1. Develop a strong bond with your primary care physician. Do you trust and respect your primary care doctor and feel comfortable telling her secrets that affect your health? When you develop a good relationship with your primary care doctor, you’re forging a bond with someone who will be invested in your wellbeing for the long haul—and who will be dogged about getting you in for the preventative exams that are right for you. If you don’t have a primary care physician, you are driving without a seatbelt.

2. Take emergency inventory. Make lists for yourself and your family members with the following: 1. Diagnoses and any major surgeries; 2. Allergies; 3. All drugs and supplements you’re taking; 4. A roster of your physicians; 5. An emergency contact person. Keep this information in your wallet or purse—which is the first place an emergency response team will look in the case of an unconscious patient.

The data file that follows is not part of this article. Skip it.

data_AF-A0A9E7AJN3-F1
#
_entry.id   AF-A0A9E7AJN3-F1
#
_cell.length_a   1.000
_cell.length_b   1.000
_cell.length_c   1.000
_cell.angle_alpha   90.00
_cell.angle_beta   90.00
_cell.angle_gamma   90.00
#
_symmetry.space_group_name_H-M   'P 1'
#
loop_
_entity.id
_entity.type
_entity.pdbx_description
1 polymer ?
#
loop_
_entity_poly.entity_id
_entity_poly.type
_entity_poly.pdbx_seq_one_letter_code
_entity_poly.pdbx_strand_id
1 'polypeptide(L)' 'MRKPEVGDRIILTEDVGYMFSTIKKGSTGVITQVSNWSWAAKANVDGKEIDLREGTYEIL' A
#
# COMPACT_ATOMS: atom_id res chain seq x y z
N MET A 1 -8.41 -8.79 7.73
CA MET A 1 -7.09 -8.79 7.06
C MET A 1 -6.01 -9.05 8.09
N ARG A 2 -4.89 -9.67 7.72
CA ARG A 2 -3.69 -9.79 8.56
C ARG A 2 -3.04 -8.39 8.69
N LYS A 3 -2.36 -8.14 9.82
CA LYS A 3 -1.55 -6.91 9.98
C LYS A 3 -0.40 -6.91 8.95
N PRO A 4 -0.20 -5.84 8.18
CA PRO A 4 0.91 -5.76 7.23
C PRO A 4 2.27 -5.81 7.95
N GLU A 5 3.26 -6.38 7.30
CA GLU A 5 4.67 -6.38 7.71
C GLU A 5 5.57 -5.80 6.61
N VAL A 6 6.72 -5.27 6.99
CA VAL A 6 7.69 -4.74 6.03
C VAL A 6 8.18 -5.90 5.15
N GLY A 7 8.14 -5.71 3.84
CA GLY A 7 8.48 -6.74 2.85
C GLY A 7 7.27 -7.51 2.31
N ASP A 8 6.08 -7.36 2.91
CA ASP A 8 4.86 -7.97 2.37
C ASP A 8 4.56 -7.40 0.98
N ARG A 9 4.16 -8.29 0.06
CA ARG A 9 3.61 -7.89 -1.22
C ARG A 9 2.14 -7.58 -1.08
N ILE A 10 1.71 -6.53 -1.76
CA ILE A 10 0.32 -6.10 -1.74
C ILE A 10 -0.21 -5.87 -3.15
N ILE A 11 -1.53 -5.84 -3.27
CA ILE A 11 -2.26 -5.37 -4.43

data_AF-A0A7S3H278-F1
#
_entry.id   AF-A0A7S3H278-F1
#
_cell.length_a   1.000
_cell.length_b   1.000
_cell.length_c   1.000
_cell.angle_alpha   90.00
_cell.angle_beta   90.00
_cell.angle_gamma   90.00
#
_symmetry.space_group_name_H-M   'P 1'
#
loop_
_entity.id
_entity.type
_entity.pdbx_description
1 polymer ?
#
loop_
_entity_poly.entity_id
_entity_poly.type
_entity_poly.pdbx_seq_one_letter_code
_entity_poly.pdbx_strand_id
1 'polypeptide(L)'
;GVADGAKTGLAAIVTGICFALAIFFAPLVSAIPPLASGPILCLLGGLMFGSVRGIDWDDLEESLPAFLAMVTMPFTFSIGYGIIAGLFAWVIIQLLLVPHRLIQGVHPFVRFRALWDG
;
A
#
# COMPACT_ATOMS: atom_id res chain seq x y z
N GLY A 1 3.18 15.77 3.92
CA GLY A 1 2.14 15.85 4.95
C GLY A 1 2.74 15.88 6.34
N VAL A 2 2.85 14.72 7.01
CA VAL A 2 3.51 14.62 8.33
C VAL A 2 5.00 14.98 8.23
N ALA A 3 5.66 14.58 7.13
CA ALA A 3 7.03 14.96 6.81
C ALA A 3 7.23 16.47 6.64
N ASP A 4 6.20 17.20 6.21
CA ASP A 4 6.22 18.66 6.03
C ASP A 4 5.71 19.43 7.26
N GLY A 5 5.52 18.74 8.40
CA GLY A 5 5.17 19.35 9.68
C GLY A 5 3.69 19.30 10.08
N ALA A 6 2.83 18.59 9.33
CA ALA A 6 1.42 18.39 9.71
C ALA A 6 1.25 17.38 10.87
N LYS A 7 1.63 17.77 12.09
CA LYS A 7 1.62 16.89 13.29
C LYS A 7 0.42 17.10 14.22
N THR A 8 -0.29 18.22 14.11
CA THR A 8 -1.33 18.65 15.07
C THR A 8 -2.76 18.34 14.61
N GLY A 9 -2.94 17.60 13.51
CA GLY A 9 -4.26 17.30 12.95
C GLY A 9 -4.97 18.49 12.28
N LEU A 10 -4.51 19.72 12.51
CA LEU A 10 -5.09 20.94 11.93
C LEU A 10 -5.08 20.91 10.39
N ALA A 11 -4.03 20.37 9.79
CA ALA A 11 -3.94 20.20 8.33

3. Measure twice, cut once. Diagnostic error contributes to the death or disability of 80,000 to 160,000 Americans each year, according to a 2013 Johns Hopkins study. Before agreeing to surgery and other treatments, have your pathology, labs or scans re-read by independent pathologists or radiologists to be sure you have a correct diagnosis. Then consult with an expert in your condition—for example, not a general neurologist, but a multiple sclerosis specialist—to at least hear a different take on your disease and treatment options.